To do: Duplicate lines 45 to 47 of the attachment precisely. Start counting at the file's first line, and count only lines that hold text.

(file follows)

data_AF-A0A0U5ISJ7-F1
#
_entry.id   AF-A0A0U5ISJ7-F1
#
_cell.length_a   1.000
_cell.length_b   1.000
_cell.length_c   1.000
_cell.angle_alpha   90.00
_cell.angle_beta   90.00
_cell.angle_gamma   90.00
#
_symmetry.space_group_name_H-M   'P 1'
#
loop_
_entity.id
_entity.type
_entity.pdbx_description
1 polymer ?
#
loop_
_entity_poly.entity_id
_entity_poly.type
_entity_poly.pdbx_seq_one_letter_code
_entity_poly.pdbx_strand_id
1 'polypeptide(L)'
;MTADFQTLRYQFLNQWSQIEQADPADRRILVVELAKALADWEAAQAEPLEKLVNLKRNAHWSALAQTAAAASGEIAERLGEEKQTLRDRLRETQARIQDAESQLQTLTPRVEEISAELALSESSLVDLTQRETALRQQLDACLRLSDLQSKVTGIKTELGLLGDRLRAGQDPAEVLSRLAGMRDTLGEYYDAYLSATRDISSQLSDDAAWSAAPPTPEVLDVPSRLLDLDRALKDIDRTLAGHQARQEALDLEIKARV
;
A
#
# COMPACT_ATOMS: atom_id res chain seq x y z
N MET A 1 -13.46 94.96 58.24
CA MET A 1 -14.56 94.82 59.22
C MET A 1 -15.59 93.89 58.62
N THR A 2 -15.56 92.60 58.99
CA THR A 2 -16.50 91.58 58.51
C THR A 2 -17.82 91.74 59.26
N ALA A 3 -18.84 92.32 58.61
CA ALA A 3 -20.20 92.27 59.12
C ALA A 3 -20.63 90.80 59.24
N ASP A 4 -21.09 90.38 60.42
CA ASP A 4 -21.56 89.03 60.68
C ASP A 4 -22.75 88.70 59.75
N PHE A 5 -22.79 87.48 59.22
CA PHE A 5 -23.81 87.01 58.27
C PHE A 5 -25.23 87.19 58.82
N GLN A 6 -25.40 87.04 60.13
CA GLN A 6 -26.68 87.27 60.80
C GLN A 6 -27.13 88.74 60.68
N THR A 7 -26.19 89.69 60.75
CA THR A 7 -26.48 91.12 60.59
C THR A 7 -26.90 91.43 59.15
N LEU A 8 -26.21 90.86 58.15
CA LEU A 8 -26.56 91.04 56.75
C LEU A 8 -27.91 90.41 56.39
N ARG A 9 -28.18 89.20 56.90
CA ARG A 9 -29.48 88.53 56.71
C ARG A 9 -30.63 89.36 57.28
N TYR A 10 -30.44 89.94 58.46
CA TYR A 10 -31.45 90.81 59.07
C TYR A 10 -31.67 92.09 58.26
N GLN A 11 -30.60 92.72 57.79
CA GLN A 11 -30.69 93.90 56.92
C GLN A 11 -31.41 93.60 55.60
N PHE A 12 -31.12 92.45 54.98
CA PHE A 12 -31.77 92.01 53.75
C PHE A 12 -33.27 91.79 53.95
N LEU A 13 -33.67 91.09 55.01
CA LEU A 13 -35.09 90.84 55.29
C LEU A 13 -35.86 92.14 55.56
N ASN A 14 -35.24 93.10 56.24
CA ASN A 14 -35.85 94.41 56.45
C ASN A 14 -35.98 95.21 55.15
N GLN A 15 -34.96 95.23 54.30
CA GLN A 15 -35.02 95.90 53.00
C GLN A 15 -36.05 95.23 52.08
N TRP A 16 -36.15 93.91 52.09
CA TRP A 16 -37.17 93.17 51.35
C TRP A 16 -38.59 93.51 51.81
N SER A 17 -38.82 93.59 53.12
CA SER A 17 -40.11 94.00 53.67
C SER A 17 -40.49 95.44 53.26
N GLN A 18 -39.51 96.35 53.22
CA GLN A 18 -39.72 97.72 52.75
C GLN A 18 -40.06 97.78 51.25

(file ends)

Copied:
C PHE A 5 -25.23 87.19 58.82
N GLN A 6 -25.40 87.04 60.13
CA GLN A 6 -26.68 87.27 60.80